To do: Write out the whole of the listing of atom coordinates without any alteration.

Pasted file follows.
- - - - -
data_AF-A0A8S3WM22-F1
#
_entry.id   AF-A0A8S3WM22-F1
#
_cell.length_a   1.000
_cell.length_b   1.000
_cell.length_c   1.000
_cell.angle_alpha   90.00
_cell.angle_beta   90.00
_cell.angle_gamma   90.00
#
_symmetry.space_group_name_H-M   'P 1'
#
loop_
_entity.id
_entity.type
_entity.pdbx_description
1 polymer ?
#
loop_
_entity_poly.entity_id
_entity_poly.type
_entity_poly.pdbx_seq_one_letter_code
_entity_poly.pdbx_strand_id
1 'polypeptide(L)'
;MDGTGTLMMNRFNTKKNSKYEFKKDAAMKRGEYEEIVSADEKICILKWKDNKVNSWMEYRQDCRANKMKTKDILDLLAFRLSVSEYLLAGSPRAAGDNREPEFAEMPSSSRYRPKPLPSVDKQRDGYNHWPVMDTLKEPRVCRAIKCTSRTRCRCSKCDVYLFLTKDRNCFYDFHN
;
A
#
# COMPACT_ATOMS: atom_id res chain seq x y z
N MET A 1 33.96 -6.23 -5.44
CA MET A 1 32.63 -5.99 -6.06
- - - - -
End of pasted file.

data_AF-A0A8S3WM22-F1
#
_entry.id   AF-A0A8S3WM22-F1
#
_cell.length_a   1.000
_cell.length_b   1.000
_cell.length_c   1.000
_cell.angle_alpha   90.00
_cell.angle_beta   90.00
_cell.angle_gamma   90.00
#
_symmetry.space_group_name_H-M   'P 1'
#
loop_
_entity.id
_entity.type
_entity.pdbx_description
1 polymer ?
#
loop_
_entity_poly.entity_id
_entity_poly.type
_entity_poly.pdbx_seq_one_letter_code
_entity_poly.pdbx_strand_id
1 'polypeptide(L)'
;MDGTGTLMMNRFNTKKNSKYEFKKDAAMKRGEYEEIVSADEKICILKWKDNKVNSWMEYRQDCRANKMKTKDILDLLAFRLSVSEYLLAGSPRAAGDNREPEFAEMPSSSRYRPKPLPSVDKQRDGYNHWPVMDTLKEPRVCRAIKCTSRTRCRCSKCDVYLFLTKDRNCFYDFHN
;
A
#
# COMPACT_ATOMS: atom_id res chain seq x y z
N MET A 1 33.96 -6.23 -5.44
CA MET A 1 32.63 -5.99 -6.06